The Budget extends the instant asset write-off scheme, allowing business to immediately deduct the full cost of eligible depreciable assets that are installed and ready for use until 30 June 2023.
This is a significant development for the mining sector, as companies can receive an immediate tax deduction for investments into new equipment and technology. Not only does this reduce the tax burden faced by companies, but it also reduces the cost of investment. Further, this initiative will encourage investment into the sector, and promote economic growth. Extending the asset write-off scheme will also make it easier for companies to invest in new projects and expand their operations. Additionally, reducing the cost of investment will allow mining companies to improve their profitability, and create new job opportunities within the sector. The extension of the instant-asset will also benefit the manufacturing sector, incentivising mining companies to invest in locally procured equipment and technology.
The Government has also proposed measures aimed at preventing multinational companies (MNCs) from avoiding taxes in Australia. Specifically, proposed changes include the implementation of a 15% global minimum tax rate for large MNCs, and a 15% global domestic tax. Each of these taxes would come into effect on 1 January 2024. The global minimum tax rules would allow Australia to apply a top-up tax on a resident multinational parent or subsidiary company, where the group’s income is taxed below 15% overseas. In instances where a large MNCs’ effective tax rate falls below 15%, the domestic minimum tax applies so that Australia collects the revenue that would otherwise have been collected by another country’s global minimum tax. These propositions are not yet law.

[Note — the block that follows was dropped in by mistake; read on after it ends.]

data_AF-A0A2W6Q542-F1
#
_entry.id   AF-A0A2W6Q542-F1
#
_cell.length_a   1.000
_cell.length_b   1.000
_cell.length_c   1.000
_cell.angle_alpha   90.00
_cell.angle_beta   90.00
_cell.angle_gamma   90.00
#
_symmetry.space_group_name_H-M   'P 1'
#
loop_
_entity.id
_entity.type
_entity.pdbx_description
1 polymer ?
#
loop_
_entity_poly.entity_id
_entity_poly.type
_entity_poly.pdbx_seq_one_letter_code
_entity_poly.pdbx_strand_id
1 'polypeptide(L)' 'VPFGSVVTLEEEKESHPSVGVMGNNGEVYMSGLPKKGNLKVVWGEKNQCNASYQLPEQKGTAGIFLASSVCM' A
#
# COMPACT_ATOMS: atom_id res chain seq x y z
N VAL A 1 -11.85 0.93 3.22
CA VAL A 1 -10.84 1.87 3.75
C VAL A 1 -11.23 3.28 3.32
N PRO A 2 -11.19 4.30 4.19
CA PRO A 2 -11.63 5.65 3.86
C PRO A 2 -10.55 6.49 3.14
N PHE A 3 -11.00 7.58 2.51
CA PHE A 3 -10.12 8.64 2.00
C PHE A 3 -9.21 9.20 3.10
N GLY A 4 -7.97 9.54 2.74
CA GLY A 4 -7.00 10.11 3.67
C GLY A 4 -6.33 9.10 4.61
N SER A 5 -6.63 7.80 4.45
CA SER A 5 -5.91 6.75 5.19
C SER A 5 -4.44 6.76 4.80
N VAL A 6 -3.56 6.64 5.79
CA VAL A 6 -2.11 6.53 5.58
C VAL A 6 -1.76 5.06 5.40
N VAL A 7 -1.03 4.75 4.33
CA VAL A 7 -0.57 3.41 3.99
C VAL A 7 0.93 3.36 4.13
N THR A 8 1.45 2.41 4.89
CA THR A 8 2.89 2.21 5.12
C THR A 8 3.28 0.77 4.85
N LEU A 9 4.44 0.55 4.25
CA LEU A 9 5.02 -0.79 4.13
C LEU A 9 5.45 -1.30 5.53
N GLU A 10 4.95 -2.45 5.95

But wait, there’s more
On 18 May 2023, the Australian Government announced the approval of c. $50m in grants to accelerate the development of critical minerals projects, which forms Tranche 2 of the Critical Minerals Development Program, designed for “Australian critical minerals industry entities and/or State or Territory government agencies who are undertaking projects that support Australia’s Critical Minerals Strategy and long term sustainable growth”.
The funding is spread across 13 projects in Western Australia, New South Wales and Queensland, and is expected to help diversify supply chains, build domestic downstream processing, and open up new jobs.
Industry response – good, but not enough
Industry pundits have expressed mixed reactions to the budget.
On the one hand, it demonstrates the Federal Government’s commitment to bolstering the mining and resources sector. The above measures have the potential to address the increasingly intense competition for global capital, stagnant productivity growth, and the increased costs and uncertainty flowing from cumulative impact of regulatory changes and persistent regulatory and administrative inefficiencies. The Hydrogen Headstart program has received widespread support, as some believe the program will catalyse Australia’s hydrogen industry and other clean energy industries, and help position Australia as a global hydrogen leader.